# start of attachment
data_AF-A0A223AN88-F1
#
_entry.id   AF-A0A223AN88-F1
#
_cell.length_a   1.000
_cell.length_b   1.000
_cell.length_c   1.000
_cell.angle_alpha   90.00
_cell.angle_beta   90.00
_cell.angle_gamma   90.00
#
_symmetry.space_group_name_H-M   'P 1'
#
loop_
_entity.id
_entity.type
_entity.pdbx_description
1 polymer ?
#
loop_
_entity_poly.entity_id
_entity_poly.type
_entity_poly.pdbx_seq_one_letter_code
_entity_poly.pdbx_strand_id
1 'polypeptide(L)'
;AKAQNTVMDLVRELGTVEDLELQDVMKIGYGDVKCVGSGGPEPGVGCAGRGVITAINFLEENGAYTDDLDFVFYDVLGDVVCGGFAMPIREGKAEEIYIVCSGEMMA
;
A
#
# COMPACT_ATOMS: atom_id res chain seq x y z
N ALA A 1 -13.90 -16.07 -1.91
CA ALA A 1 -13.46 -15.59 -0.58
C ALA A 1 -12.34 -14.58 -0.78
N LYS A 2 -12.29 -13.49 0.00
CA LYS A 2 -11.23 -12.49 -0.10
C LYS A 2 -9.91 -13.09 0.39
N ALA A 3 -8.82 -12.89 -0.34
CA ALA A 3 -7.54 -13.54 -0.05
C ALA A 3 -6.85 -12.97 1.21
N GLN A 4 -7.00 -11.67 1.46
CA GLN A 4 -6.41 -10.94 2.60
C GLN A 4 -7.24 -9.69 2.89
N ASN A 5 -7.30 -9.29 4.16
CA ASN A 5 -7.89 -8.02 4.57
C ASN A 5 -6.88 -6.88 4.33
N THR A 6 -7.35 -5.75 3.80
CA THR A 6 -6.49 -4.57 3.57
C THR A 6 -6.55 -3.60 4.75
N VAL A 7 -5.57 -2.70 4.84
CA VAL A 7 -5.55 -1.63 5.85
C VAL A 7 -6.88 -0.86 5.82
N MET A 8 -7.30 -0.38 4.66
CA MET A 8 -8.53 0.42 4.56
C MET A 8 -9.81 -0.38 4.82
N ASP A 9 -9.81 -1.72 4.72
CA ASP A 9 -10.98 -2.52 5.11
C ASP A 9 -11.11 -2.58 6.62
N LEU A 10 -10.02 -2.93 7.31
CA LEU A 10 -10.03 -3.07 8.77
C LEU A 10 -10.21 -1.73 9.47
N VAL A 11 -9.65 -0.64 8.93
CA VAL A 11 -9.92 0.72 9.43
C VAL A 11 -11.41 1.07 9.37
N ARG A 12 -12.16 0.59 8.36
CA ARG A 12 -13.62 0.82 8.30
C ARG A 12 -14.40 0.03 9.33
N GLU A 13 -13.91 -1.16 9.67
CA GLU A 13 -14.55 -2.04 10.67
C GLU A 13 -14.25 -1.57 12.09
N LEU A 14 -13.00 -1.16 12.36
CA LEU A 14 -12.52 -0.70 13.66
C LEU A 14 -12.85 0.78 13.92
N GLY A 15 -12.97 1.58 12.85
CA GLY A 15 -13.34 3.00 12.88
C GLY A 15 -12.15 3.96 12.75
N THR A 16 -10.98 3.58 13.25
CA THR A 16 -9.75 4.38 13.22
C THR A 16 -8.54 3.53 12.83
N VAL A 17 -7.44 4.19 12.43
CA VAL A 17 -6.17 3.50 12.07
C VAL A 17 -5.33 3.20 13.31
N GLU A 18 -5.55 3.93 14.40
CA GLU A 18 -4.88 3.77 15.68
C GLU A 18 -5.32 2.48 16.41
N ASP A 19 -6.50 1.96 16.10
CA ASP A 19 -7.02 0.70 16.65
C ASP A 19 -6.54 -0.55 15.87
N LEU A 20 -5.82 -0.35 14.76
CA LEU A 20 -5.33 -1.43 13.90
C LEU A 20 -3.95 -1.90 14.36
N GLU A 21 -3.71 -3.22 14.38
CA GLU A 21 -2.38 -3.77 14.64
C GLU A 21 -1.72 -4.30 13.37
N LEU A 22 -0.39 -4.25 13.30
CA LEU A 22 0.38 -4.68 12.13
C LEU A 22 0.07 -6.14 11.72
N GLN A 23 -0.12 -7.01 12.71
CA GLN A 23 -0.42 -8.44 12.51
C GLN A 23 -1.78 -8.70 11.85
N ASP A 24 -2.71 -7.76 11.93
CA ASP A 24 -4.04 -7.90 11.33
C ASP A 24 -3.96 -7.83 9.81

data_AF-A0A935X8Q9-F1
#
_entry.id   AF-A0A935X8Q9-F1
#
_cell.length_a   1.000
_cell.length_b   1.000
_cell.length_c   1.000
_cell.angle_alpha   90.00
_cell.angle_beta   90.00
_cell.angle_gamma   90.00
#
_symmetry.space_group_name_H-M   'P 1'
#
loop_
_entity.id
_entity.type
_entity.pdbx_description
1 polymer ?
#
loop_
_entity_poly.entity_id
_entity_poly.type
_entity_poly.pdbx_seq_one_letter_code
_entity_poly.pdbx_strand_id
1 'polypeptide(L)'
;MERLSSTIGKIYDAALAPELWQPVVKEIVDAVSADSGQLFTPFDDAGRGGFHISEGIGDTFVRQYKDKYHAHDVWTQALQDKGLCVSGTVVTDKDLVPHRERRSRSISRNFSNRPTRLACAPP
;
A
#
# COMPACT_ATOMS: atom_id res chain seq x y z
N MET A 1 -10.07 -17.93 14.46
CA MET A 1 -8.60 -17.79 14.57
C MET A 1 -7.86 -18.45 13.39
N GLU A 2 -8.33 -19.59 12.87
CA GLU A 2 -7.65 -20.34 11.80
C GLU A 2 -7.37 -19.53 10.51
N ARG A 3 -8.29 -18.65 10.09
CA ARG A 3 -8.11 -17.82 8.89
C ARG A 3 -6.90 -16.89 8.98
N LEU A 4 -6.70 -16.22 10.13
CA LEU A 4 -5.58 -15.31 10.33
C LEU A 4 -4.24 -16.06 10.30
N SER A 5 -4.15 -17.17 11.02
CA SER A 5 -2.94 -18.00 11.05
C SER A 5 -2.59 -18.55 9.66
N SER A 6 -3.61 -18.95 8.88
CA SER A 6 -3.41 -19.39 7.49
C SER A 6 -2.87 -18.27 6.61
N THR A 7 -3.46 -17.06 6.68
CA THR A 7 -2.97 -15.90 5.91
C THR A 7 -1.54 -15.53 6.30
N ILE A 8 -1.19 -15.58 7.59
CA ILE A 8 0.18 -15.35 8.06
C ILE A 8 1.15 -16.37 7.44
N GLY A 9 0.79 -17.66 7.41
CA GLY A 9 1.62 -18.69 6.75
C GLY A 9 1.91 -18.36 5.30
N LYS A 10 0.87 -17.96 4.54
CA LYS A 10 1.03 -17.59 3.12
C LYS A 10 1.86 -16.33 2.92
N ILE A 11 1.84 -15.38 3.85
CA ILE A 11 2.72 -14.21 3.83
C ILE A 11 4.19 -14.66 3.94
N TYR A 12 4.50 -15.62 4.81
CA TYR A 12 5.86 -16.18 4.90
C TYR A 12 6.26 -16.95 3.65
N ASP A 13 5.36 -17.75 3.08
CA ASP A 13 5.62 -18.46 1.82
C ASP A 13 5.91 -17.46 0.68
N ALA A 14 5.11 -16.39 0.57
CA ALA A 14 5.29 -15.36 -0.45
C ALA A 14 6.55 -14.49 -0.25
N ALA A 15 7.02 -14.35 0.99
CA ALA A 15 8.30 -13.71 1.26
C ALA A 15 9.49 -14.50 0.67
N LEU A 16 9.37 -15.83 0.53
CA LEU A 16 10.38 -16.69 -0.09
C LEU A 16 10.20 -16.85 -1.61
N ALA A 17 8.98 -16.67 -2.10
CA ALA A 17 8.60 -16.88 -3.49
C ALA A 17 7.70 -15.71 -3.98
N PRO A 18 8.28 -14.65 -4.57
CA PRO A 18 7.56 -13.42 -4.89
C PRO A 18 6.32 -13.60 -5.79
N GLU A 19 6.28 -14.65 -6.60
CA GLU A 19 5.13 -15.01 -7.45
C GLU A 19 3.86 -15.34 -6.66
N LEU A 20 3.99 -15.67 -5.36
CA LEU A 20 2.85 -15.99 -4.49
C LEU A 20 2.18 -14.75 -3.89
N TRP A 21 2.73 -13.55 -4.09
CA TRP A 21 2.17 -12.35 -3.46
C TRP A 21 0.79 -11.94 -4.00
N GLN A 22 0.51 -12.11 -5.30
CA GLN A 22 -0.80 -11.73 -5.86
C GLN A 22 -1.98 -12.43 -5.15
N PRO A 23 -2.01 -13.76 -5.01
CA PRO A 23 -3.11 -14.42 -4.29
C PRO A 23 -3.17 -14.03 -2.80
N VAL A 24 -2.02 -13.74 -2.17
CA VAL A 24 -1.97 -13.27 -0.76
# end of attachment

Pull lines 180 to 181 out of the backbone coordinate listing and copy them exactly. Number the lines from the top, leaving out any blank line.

C LEU A 16 10.20 -16.85 -1.61
N ALA A 17 8.98 -16.67 -2.10